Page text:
Northwest Dance Project will be lighting up Lincoln Hall’s performance stage for New Now Wow, a showcase of three world dance premieres arranged by different choreographers, exhibiting what’s hot and current in contemporary dance.
The event will run from Oct. 23 to Oct. 25, beginning at 7:30 p.m. each night. Tickets range from $29 to $49 dollars, but students will be able to pick them up for $20 with a valid student I.D.
“We titled it [New Now Wow] because everything is new in the show, all world premieres,” said Sarah Slipper, the founding artistic director for Northwest Dance Project. “It’s an investigation on very internal emotions.”
If not acquainted with the dance world, it can be difficult to understand the significance of an event such as this. Most ballet companies now buy shows to include in their repertoire without consistently creating new work themselves. Northwest Dance Project operates very differently.
“What makes Northwest Dance Project so unique is every work you see on the stage is created by us. We take risks. We like innovation. That’s our niche,” Slipper said. That risk and innovation can be seen firsthand through the company’s rehearsals at Lincoln Hall.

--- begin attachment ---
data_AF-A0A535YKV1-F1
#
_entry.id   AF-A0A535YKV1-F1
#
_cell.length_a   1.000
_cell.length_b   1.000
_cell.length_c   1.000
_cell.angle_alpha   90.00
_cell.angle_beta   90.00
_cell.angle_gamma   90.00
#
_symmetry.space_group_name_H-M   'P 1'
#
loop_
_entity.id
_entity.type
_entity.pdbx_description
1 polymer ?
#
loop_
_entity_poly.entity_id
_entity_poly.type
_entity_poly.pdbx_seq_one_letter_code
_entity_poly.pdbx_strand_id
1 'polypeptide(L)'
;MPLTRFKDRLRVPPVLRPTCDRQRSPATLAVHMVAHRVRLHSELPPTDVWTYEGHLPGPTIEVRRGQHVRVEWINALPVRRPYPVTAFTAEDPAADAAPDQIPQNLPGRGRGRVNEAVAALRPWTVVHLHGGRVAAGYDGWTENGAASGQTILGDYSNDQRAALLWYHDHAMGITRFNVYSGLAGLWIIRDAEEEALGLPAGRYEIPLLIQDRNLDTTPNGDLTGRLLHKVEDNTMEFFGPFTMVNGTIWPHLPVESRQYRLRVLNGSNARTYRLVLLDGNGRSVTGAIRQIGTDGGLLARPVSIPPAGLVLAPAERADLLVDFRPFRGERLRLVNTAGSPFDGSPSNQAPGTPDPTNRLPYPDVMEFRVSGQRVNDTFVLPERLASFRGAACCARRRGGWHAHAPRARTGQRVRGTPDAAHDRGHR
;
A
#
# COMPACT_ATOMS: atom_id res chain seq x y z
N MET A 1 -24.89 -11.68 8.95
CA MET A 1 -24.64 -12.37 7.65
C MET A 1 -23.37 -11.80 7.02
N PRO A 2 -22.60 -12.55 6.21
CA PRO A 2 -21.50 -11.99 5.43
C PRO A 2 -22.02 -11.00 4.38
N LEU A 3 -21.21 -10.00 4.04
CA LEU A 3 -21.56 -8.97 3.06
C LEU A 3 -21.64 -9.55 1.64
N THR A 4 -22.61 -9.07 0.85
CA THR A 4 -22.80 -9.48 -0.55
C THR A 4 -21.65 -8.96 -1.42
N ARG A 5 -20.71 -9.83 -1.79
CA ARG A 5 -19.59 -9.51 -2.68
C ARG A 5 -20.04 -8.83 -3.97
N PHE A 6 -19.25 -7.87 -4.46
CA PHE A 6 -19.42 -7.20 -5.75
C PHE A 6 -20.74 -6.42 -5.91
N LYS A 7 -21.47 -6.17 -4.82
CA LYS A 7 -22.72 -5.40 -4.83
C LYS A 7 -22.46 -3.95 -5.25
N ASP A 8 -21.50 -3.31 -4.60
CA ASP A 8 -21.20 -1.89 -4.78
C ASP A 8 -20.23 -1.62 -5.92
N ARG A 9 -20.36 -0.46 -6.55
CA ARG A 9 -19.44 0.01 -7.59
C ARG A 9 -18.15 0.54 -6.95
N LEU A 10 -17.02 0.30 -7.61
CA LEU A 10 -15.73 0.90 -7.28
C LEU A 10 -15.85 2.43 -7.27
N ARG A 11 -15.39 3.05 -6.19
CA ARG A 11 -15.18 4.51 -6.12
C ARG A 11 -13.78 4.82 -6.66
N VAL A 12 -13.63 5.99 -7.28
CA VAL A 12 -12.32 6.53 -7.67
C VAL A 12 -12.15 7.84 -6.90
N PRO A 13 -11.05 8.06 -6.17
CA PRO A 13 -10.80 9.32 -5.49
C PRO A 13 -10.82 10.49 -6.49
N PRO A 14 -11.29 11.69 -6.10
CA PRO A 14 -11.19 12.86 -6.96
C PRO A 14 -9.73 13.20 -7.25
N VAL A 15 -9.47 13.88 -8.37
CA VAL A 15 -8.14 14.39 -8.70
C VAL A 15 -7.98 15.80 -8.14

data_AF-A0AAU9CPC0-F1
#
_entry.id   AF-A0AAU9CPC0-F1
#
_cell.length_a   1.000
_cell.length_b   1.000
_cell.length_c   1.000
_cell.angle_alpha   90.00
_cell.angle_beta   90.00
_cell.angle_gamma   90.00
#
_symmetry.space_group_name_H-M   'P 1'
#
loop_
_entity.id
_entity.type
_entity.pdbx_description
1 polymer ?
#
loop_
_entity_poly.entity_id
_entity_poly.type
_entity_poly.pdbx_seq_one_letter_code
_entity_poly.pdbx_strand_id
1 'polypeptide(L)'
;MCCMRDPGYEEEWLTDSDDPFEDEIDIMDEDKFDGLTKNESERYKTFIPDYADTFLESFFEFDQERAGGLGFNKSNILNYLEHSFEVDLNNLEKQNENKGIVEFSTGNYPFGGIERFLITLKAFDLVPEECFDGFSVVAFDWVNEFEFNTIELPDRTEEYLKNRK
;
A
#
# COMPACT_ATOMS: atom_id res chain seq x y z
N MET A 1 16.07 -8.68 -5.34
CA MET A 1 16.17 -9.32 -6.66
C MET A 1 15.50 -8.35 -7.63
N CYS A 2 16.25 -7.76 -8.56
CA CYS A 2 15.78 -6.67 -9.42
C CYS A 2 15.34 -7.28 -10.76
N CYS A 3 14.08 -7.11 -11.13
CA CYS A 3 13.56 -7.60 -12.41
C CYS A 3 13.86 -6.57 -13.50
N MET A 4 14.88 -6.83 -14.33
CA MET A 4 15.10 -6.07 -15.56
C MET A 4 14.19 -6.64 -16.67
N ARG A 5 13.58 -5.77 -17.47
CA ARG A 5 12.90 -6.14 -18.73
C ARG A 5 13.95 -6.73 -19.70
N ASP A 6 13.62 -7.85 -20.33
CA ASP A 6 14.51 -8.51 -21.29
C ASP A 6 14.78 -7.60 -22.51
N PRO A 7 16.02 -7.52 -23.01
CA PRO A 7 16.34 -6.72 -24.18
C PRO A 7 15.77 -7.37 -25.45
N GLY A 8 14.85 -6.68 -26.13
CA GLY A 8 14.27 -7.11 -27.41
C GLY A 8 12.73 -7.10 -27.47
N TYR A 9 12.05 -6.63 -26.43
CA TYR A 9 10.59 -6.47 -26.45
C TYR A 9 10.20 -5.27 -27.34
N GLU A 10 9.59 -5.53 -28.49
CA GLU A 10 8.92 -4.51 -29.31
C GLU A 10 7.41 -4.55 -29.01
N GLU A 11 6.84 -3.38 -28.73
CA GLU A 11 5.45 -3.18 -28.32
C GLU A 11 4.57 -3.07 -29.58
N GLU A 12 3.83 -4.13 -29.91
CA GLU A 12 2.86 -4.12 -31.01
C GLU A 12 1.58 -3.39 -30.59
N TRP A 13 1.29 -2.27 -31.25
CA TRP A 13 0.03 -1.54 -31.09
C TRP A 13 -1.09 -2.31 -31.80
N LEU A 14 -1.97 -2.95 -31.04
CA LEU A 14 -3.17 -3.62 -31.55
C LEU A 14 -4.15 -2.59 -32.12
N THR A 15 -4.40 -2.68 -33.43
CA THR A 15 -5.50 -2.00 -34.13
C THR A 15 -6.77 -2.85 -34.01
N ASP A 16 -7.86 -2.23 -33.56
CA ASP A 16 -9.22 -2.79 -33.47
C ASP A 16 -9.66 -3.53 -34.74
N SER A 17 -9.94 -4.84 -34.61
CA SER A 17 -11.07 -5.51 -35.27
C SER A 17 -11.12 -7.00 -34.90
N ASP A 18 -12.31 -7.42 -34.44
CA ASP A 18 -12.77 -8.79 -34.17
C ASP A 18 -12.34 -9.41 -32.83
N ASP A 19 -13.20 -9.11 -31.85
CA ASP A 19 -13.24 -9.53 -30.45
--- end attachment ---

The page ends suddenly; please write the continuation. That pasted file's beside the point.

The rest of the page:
This year New Now Wow will feature works by New York based Yin Yue, local favorite Minh Tran, and Jirí Pokorný, a Czech choreographer working on his first piece outside of Europe.
“I don’t use a lot of physical contact between the dancers. They partner each other without physical contact, there’s a connection in the distance,” Pokorný said.
This much is true in Pokorný’s quick and exact direction. The main couple creates a lucid tension in their relationship without ever touching, held together only by powerful eye contact and sweaty magnetism.
Tran, on the other hand, said he had no vision for what he wanted before working with the dancers.
“The way I work, I tend to throw out a lot of combinations.”
Tran said he then goes on to master whatever seems to be working, working closely with the dancers. He remains as lithe and spritely as ever in restrictive blue jeans and striped socks.
“The piece is actually called Unexpected Turbulence, and it’s about the air, the rough air. You can see how air physicalizes,” Tran said.
The troupe has been a source of inspiration for both Pokorný and Tran, and it’s easy to see why. An ensemble of nine dancers, all of whom are classically trained, have a great deal of commitment when working on the floor, watching and not veering away from a question or even a suggestion to choreography.
“The dancers here, they are so dedicated, so hungry, really present in every rehearsal,” Pokorný said.